With concern over the coronavirus growing, local, state and federal officials are monitoring people who are traveling to the U.S. from China.
Those people are called “travelers of interest,” and they’re identified by airport officials at 20 airports across the country.
City officials in New Haven say they’re participating in the process.
“We are actively doing surveillance on any traveler of interest so they have to be vetted,” said Maritza Bond, New Haven’s director of public health.
When a traveler arrives to the U.S. from China, airports will notify the state health departments of that person’s final destination. The details then filter from the state to local officials.
“In New Haven I receive that through a secured surveillance system,” Bond said. “We then activate our team to do a secure surveillance form.”
The passengers are screened at the airports for fever, cough and trouble breathing. If there are no symptoms, the CDC says those travelers of interest are either placed under federal, state or local quarantine for 14 days, or asked to monitor their own health for the same time frame.
In the second case, they’re asked to follow up with local health officials. That’s where Bond and her team come in.
“We just want to make sure that for preventative reasons that we’re just tracking them to make sure they’re going to remain asymptomatic,” she said.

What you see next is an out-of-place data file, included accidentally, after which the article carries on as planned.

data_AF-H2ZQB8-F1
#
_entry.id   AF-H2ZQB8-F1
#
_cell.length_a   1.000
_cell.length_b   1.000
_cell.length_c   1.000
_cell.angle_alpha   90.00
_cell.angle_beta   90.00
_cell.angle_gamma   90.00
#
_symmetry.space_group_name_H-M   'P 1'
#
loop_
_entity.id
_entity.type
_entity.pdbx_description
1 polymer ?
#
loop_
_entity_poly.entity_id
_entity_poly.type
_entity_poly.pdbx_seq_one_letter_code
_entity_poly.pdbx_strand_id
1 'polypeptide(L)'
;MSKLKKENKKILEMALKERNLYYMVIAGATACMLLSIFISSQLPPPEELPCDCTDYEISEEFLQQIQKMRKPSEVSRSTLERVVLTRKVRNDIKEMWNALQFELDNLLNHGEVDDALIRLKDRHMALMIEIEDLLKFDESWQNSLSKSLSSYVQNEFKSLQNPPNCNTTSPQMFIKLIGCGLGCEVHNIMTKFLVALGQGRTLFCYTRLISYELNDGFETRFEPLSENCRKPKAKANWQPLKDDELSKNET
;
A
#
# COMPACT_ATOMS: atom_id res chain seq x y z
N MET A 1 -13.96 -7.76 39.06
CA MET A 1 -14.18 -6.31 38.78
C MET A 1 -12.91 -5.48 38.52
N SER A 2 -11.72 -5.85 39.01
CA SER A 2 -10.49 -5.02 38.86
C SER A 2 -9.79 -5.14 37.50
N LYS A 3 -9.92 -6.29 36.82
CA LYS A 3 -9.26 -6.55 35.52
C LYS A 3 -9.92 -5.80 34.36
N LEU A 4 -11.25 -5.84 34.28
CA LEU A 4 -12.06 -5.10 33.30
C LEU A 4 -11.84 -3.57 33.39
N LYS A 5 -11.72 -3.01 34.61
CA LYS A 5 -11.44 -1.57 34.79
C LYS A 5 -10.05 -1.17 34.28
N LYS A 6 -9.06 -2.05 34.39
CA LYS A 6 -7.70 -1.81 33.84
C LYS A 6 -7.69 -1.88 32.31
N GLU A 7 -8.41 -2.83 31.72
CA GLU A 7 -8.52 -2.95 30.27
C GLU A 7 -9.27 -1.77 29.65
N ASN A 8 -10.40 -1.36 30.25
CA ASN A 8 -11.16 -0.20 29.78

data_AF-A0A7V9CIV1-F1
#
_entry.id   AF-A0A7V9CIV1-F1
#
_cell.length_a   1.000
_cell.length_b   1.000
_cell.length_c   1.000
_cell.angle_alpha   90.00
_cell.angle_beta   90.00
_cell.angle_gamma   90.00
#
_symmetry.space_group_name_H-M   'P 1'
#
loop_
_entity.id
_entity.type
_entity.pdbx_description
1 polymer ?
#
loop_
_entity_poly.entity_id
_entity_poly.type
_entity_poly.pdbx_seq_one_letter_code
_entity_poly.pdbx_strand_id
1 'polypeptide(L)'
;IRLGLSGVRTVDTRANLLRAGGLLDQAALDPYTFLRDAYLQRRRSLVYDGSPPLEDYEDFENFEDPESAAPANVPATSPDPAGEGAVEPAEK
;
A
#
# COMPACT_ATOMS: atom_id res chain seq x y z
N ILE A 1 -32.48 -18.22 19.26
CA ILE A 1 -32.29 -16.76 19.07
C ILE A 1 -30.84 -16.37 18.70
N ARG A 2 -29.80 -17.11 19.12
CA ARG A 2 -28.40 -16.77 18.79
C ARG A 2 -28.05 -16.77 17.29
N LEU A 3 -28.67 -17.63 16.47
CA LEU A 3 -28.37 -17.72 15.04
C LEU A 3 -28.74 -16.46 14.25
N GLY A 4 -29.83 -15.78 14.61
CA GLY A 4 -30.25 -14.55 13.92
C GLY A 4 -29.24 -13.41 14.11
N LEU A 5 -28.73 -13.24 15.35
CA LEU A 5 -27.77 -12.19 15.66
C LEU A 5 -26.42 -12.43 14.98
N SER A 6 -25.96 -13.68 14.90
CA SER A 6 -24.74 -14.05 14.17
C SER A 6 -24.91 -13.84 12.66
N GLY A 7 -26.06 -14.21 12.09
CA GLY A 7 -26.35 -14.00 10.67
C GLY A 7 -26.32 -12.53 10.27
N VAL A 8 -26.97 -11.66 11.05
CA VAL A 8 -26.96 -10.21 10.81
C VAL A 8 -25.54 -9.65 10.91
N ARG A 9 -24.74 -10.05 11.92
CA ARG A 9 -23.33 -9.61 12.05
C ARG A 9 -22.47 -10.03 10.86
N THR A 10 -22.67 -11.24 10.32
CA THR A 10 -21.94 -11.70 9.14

Bond wouldn’t confirm the number of people currently under surveillance, saying the number changes every day. A source told NBC Connecticut there are three people who recently arrived from China and are voluntarily being monitored until March 6.
Bond said everyone they’re monitoring remains symptom-free and are voluntarily quarantined. They’re also providing the city updates on their health according to the CDC guidelines. If they remain symptom-free, they will no longer be monitored after 14 days.
With increased travel ahead for spring break across the country, some say they’re taking extra precautions.
“I think that it’s something that’s going to affect all of us one way or another,” said Steve Guttman of Trumbull. “Now you have bus stations and train stations just like this and it’s just definitely a heightened awareness and a concern.”